Please test improved Plasma Theme switching for Plasma 5.16

Help testing the Plasma Theme switching now

You like Plasma Themes? You design Plasma Themes even yourself? You want to see switching Plasma Themes working correctly, especially for Plasma panels?

Please get one of the Live images with latest code from the Plasma developers hands (or if you build manually yourself from master branches, last night’s code should be fine) and give the switching of Plasma Themes a good test, so we can be sure things will work as expected on arrival of Plasma 5.16:

If you find glitches, please report them here in the comments, or better on the #plasma IRC channel.

Plasma Themes, to make it more your Plasma

One of the things which makes Plasma so attractive is the officially supported option to customize also the style, and that beyond colors and wallpaper, to allow users to personalize the look to their likes. And designers have picked up on that and did a good set of custom designs (store.kde.org lists at the time of writing 470 themes).

And while in the last Plasma versions some regressions in the Theme support had sneaked in, because most people & developers are happily using the default Breeze theme, with Plasma 5.16 some theming fixes are to arrive.

Plasma Theme looking good on first contact with Plasma 5.16

The most annoying pain point has been that on selecting and applying a new Plasma Theme, the theme data was not correctly picked up especially by Plasma panels. Only after a restart of Plasma could the theme be fully experienced. Which made quick testing of themes e.g. from store.kde.org a sad story, given most themes looked a bit broken. And without knowing more one would think it is the theme’s fault.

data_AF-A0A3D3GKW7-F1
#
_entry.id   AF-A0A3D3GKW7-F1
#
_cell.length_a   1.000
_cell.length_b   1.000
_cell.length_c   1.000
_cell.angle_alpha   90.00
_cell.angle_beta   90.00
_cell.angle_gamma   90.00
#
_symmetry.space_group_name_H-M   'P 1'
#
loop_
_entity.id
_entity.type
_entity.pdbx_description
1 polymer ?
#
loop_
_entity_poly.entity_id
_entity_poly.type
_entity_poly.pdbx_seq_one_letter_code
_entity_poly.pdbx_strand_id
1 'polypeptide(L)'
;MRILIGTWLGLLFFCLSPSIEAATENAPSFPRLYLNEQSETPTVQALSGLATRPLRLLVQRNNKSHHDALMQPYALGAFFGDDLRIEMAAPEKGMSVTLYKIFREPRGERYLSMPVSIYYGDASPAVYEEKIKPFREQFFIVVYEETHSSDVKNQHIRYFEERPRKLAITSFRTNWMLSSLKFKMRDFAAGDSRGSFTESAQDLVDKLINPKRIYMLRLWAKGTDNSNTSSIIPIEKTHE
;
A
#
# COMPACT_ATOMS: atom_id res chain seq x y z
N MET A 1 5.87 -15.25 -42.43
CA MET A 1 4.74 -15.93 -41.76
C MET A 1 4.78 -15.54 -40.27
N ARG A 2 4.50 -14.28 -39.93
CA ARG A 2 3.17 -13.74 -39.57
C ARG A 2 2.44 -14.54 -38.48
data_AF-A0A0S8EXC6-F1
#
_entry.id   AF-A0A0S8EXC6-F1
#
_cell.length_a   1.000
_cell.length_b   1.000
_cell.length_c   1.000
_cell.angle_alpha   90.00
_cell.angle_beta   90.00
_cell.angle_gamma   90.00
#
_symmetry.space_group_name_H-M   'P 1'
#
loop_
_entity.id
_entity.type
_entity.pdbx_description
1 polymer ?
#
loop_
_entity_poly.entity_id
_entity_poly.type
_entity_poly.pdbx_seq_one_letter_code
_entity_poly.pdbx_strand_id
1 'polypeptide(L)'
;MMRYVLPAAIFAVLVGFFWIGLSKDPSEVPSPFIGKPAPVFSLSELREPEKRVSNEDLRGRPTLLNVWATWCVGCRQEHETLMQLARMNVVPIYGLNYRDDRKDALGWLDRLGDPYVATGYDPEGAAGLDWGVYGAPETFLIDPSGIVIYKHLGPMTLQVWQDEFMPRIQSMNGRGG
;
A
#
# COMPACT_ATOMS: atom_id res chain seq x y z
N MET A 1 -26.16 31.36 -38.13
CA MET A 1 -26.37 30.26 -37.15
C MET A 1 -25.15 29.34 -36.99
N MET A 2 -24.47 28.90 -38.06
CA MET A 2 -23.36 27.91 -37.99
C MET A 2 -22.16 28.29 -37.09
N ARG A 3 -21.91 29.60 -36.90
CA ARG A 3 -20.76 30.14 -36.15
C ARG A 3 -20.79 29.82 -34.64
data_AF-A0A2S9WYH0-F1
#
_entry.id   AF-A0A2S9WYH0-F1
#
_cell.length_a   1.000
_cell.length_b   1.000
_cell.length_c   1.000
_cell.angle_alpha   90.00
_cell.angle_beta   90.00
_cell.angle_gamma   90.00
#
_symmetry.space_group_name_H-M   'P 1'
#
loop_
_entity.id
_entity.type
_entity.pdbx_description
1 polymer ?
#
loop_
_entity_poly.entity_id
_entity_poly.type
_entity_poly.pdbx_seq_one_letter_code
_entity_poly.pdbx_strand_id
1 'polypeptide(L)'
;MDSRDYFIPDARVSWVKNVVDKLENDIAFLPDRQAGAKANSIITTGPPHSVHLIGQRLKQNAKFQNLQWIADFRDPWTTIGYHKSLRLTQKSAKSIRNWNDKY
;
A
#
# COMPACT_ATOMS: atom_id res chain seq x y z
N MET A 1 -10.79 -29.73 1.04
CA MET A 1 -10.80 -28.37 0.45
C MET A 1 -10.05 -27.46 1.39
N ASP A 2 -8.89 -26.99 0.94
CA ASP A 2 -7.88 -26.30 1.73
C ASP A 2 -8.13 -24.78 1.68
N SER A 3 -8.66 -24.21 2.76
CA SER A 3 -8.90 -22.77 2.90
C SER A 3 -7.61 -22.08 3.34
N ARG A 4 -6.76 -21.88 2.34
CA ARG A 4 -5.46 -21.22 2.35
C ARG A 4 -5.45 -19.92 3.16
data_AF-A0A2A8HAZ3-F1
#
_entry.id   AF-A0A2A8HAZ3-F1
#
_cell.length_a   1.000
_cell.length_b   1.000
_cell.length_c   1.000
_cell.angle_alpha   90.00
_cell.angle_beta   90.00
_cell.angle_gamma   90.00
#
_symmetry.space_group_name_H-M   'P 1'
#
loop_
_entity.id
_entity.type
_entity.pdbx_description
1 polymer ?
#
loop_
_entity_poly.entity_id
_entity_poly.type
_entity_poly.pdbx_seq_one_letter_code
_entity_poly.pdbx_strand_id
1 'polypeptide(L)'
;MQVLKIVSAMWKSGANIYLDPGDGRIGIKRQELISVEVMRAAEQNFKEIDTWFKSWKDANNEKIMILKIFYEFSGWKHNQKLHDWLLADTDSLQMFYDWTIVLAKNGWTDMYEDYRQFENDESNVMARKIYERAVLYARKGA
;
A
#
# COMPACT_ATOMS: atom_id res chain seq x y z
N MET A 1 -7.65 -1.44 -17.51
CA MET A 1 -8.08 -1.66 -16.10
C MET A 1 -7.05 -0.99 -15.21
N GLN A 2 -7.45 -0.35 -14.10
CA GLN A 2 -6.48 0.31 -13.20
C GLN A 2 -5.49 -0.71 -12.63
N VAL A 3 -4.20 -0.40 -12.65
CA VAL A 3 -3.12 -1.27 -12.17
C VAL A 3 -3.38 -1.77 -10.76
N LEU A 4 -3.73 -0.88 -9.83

But some evenings & nights have been spent to hunt down the reasons, and it seems they all have been found and corrected. So when one clicks the “Apply” button, the Plasma Theme instantly styles your Plasma desktop as it should, especially the panels.

And dressing up your desktop to match your day or week or mood or your shirt with one of those partially excellent themes is only a matter of some mouse clicks. No more restart needed 🙂

Coming to your system with Plasma 5.16 and KDE Frameworks 5.59 (both to be released in June).

Make your Plasma Theme take advantage of Plasma 5.16

Theme designers, please study the recently added page on techbase.kde.org about Porting Themes to latest Plasma 5. It lists the changes known so far and what to do for them. Please extend the list if something is yet missing.
And tell your theme designer friends about this page, so they can improve their themes as well.

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Some theming fixes to arrive with Plasma 5.16

One of the things which makes Plasma so attractive is the officially supported option to customize also the style, and that beyond colors and wallpaper, to allow users to personalize the look to their likes. And designers have picked up on that and did a good set of custom designs (store.kde.org lists at the time of writing 454 themes).

Intended changes and unintended changes

In the 11 years since Plasma was released first (January 11, 2008) there has been some evolution of the theming options. Sadly also sometimes regressions in the support of older options were introduced, mainly in the early phase of Plasma 5 when code was ported to QtQuick 2 and the new default theme Breeze did not expose the regression or even triggered some changes for its special needs or for simplifications it allowed.

Given Breeze as default was pleasing to most, and possibly some alternative theme designers were lost during the longer phase from a pleasing KDE4 to an again pleasing Plasma 5, and new theme designers made their themes directly matching latest Plasma 5 Theme support, the piled-up regressions were not a real issue for those contributing.